Medtronic victorious in $1.4B tax case over 'transfer pricing'

A federal judge delivered a win for Medtronic ($MDT) in its $1.4 billion lawsuit against the Internal Revenue Service over how much of its profits should be taxed federally and how much should face lower taxes in Puerto Rico.

The dispute surrounds the device giant's 2005 and 2006 tax returns, made before the devicemaker merged with Covidien. "Transfer pricing" allows companies to assign profits from goods made and sold in the U.S. to a business unit in another country; in this case, Medtronic attributed profits to its Puerto Rican subsidiary. Though Puerto Rico is part of the U.S., it is considered foreign for tax purposes. Its tax rate is lower than the federal rate. The IRS disagreed with the way Medtronic allocated its profits and demanded the devicemaker pay $548 million in federal taxes for 2005 and $810 million for 2006.

Judge Kathleen Kerrigan wrote in a 144-page opinion that the IRS interpreted Medtronic's "transfer pricing" in an "arbitrary, capricious, and unreasonable" way. Medtronic's Puerto Rican subsidiary was "involved in every aspect of the manufacturing process," including the performance of some processes that required skilled workers because they could not be automated, Kerrigan wrote. She found that the Puerto Rican unit was contributing significantly to the company's profits.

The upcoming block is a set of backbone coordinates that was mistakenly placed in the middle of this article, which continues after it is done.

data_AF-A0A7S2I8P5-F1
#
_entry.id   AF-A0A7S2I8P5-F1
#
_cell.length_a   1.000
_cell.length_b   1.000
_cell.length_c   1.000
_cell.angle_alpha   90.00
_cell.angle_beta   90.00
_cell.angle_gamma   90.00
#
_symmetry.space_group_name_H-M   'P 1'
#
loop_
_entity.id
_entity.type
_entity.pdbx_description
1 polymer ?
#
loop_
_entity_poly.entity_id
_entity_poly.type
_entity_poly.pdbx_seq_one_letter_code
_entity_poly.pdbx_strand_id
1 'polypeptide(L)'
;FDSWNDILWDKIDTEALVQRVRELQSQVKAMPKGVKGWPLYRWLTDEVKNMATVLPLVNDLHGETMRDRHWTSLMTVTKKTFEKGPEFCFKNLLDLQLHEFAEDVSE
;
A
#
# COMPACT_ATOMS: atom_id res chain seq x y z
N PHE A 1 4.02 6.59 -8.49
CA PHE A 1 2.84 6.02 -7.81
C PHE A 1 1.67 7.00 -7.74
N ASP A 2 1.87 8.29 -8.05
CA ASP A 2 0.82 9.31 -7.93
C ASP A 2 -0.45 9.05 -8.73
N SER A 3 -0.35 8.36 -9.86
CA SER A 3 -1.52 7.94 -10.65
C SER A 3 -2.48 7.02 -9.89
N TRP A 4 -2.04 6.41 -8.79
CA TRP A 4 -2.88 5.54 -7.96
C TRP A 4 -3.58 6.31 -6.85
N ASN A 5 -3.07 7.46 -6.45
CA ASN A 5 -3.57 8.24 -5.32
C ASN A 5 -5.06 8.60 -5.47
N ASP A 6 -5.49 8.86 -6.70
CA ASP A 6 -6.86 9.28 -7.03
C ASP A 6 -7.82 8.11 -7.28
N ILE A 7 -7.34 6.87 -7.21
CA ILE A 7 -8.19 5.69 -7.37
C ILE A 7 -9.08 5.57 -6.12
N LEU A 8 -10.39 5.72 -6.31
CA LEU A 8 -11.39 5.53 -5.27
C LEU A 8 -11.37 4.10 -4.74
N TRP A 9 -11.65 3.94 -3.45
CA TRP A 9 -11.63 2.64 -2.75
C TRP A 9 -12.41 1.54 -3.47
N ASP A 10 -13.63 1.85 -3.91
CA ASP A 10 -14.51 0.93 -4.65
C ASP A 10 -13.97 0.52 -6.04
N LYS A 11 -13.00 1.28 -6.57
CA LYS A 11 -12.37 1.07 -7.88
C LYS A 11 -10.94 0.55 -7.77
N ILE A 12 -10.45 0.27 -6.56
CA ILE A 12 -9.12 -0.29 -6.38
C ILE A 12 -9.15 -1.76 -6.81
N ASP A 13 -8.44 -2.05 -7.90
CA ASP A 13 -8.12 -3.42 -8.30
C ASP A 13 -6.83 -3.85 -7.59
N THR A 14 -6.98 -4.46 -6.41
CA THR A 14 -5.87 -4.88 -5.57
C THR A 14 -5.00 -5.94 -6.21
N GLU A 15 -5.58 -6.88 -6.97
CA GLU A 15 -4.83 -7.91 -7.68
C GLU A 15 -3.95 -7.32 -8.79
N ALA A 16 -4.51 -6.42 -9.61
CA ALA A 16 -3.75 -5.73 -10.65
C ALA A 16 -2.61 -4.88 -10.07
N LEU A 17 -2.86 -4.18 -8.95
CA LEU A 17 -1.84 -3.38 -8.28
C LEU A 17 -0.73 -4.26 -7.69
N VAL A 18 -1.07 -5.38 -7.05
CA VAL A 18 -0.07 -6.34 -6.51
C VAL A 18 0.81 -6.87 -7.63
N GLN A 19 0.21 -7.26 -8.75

While Kerrigan ruled in Medtronic's favor, she did not specify at the time how much Medtronic will end up forking over to the IRS. According to The Wall Street Journal, Medtronic will evaluate the ruling and said it could take several months or longer if an appeal is made.

Medtronic, which switched its tax domicile to Ireland following its merger with Covidien, can breathe a sigh of relief at the finding. Had the court taken the IRS's side, every tax return from 2007 forward could come into question, and the IRS could conceivably have shaken the company down for billions more in taxes, the WSJ reported.

- here's the court's opinion
- read more from The Wall Street Journal (sub. req.)